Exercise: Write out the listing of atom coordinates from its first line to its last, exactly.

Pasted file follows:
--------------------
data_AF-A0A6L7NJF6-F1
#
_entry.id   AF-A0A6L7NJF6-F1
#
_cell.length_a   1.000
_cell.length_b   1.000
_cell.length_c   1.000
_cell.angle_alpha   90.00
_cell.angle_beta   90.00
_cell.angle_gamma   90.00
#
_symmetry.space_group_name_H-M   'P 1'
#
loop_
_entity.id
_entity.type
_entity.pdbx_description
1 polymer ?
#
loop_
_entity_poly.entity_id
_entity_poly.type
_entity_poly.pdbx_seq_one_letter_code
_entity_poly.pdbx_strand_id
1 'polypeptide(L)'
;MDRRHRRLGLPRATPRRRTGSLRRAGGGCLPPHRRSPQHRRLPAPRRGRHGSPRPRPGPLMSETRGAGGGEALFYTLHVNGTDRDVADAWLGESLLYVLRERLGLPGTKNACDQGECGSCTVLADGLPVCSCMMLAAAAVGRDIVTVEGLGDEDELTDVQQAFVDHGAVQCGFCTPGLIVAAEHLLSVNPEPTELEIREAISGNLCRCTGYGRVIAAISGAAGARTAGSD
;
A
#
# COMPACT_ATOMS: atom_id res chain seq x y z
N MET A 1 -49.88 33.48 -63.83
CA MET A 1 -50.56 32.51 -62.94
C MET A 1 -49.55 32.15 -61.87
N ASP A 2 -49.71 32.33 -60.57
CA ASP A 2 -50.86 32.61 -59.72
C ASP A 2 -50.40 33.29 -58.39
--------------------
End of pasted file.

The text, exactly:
data_AF-A0A6L7NJF6-F1
#
_entry.id   AF-A0A6L7NJF6-F1
#
_cell.length_a   1.000
_cell.length_b   1.000
_cell.length_c   1.000
_cell.angle_alpha   90.00
_cell.angle_beta   90.00
_cell.angle_gamma   90.00
#
_symmetry.space_group_name_H-M   'P 1'
#
loop_
_entity.id
_entity.type
_entity.pdbx_description
1 polymer ?
#
loop_
_entity_poly.entity_id
_entity_poly.type
_entity_poly.pdbx_seq_one_letter_code
_entity_poly.pdbx_strand_id
1 'polypeptide(L)'
;MDRRHRRLGLPRATPRRRTGSLRRAGGGCLPPHRRSPQHRRLPAPRRGRHGSPRPRPGPLMSETRGAGGGEALFYTLHVNGTDRDVADAWLGESLLYVLRERLGLPGTKNACDQGECGSCTVLADGLPVCSCMMLAAAAVGRDIVTVEGLGDEDELTDVQQAFVDHGAVQCGFCTPGLIVAAEHLLSVNPEPTELEIREAISGNLCRCTGYGRVIAAISGAAGARTAGSD
;
A
#
# COMPACT_ATOMS: atom_id res chain seq x y z
N MET A 1 -49.88 33.48 -63.83
CA MET A 1 -50.56 32.51 -62.94
C MET A 1 -49.55 32.15 -61.87
N ASP A 2 -49.71 32.33 -60.57
CA ASP A 2 -50.86 32.61 -59.72
C ASP A 2 -50.40 33.29 -58.39